Play Live Radio
Next Up:
0:00 0:00
Available On Air Stations

Hummingbirds stop in Utah on their migration from Canada to Mexico

A coppery-colored hummingbird with a red feathery throat is flying to the right.
Wikimedia Commons
Rufous Hummingbirds migrate through Utah at the end of July.

There are at least five species of hummingbirds found in Utah. Tonya Kieffer-Selby, Conservation Outreach Manager for the Utah Division of Wildlife Resources, said the Rufous Hummingbird passes through Utah around the end of July on its migration from Canada to Mexico.

“It's cool to see them because they're a very different color than most others - hummingbirds are usually that iridescent green color, these guys being copper, but they're very aggressive. So that's one of the species we'll be focusing on catching up at our hummingbird event up in Dutch John,” Kieffer-Selby said.

On July 30, DWR biologists will host a hummingbird banding demonstration at the Red Canyon Lodge. Kieffer-Selby said the event offers an intimate wildlife experience, and tickets are already sold out.

“Oftentimes the public gets a one-on-one interaction with the birds; many of our public have been able to hand hold and release these birds in person. And you don't get to do that anywhere," Kieffer-Selby said.

For those who cannot attend the event this year, Kieffer-Selby said there are other ways to see hummingbirds.

"Hummingbirds can be found in the middle of the desert. And they can be found at the alpine lakes of the Uintas. ...Of course, they're in search of nectar plants and food. So the more pollinator plant species that you can plant in your yard, ...the more you're going to notice them. Now hummingbirds are known to see that red color as a sign of food, …And so a lot of folks put up these red hummingbird feeders so that you can attract them to your home whether or not you have pollinator plants,” Kieffer-Selby said.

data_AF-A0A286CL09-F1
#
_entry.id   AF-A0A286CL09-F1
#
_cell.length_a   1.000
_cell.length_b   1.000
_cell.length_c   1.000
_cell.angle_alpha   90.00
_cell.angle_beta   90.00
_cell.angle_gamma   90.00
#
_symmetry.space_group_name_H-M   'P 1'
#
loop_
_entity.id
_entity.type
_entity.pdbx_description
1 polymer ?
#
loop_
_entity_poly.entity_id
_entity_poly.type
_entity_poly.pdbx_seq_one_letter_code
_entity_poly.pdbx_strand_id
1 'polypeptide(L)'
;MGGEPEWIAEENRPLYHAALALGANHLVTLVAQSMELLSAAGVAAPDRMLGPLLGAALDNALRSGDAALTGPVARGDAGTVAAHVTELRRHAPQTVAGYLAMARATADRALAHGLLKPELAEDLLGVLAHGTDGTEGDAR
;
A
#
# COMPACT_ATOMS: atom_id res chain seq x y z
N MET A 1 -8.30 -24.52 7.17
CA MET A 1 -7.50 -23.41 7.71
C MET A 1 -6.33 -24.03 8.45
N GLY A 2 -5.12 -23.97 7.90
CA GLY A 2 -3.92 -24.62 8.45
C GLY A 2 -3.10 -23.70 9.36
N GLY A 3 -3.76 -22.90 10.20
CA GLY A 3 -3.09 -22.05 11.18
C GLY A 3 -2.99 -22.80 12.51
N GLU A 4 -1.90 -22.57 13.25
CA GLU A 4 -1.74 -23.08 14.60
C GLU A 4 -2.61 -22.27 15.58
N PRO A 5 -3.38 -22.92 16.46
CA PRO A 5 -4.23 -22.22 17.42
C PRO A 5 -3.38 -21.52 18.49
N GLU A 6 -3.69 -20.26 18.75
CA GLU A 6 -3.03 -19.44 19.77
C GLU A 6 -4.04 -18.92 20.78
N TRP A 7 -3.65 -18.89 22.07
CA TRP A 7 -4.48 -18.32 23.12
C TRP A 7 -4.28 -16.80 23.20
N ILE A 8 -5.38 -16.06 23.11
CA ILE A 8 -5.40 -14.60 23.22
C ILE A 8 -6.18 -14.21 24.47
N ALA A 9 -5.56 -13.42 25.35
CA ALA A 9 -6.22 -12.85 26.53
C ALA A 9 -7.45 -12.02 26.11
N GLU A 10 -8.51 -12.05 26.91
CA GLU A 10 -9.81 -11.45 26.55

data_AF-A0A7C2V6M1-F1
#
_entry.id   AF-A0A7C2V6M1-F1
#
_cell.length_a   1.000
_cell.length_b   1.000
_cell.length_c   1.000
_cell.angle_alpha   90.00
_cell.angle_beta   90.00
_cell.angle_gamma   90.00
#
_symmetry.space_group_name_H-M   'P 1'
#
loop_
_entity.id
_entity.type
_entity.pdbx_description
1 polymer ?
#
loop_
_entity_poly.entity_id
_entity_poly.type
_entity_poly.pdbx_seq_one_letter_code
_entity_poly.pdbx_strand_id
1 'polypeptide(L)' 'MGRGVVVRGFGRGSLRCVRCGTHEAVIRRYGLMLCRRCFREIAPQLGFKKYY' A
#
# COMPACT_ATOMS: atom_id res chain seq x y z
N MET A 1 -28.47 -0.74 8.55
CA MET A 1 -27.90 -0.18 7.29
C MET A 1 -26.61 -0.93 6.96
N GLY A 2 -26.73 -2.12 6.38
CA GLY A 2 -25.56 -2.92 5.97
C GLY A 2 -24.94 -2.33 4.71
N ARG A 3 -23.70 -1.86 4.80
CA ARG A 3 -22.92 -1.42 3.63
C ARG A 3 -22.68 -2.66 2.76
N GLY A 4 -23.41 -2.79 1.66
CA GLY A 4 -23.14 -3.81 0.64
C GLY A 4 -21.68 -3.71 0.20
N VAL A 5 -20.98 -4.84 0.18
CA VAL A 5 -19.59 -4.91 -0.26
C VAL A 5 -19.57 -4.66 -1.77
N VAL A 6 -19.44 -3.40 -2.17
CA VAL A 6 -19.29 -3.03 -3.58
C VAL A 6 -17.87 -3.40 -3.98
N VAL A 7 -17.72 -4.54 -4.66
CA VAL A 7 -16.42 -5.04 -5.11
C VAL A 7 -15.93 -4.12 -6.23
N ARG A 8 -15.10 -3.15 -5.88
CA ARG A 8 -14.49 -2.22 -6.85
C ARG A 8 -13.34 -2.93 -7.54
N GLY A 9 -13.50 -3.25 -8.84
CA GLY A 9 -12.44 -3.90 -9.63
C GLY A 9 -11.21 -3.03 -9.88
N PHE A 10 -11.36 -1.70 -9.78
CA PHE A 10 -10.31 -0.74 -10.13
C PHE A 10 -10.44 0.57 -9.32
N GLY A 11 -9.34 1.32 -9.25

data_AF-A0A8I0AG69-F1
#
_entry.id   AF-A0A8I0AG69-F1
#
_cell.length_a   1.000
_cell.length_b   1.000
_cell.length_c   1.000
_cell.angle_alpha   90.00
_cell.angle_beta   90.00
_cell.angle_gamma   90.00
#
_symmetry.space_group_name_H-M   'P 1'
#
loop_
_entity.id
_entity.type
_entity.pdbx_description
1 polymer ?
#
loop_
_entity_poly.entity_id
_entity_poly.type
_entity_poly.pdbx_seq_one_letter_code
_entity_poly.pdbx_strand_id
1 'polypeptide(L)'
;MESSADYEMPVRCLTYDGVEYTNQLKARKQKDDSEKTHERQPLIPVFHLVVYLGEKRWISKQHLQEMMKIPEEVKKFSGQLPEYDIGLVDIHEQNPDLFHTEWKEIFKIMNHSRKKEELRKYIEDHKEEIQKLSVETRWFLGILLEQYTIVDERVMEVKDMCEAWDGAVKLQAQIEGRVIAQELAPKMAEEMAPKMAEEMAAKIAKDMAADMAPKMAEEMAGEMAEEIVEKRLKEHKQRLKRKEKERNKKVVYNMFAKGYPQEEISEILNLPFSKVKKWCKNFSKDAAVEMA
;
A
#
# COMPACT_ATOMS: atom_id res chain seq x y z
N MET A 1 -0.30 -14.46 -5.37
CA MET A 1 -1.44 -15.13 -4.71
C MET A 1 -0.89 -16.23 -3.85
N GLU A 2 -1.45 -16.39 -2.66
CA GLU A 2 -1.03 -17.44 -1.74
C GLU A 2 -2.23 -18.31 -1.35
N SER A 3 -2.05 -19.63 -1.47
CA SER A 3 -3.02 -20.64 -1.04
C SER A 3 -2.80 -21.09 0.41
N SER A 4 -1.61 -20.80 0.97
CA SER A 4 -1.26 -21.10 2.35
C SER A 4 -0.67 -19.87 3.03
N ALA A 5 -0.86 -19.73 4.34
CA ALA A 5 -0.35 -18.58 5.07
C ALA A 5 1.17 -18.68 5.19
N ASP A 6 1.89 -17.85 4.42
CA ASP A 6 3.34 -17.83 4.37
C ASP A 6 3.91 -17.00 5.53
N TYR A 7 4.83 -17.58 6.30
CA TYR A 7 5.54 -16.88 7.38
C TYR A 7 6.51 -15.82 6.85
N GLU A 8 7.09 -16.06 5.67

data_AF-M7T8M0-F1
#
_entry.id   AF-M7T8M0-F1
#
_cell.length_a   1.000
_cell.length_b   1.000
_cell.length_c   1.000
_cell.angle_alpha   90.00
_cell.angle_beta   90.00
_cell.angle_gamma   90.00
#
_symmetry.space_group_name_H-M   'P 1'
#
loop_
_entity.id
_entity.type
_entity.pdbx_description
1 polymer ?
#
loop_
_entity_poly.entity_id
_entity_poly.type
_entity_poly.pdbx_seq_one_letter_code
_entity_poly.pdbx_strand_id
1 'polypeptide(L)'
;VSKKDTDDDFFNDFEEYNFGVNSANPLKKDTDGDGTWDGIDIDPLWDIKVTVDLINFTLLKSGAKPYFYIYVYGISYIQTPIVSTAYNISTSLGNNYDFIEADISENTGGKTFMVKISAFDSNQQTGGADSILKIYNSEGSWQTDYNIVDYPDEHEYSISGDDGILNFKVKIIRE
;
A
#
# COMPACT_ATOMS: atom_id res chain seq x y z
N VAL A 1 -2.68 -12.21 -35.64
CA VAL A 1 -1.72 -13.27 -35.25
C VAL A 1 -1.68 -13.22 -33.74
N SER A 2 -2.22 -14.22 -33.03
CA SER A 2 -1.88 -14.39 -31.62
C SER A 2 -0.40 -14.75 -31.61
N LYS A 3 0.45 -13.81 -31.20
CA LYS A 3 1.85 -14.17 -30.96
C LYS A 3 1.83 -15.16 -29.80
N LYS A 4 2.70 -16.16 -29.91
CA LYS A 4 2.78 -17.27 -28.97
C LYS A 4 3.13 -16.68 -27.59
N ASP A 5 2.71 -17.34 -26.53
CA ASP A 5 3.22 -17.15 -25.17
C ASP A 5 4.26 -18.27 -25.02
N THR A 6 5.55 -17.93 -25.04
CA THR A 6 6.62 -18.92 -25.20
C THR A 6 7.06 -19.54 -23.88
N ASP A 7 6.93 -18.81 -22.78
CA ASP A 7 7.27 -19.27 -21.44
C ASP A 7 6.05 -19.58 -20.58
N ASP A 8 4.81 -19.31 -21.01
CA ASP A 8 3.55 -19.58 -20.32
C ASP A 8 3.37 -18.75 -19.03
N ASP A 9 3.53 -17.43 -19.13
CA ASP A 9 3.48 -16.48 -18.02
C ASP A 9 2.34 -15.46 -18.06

While wildlife professionals generally advise against feeding wildlife, Kieffer-Selby said feeding hummingbirds is an exception.

“With the amount of habitat that we've lost all over the U.S., especially in Utah, and pollinator plants maybe not being in abundance, we encourage people to actually feed hummingbirds, because they may need that in order to make it to their next location if they're migrating through,” Kieffer-Selby said.

Fill your hummingbird feeder with a simple sugar water solution and see what species of hummingbirds are in your backyard.

Caroline Long is a science reporter at UPR. She is curious about the natural world and passionate about communicating her findings with others. As a PhD student in Biology at Utah State University, she spends most of her time in the lab or at the coyote facility, studying social behavior. In her free time, she enjoys making art, listening to music, and hiking.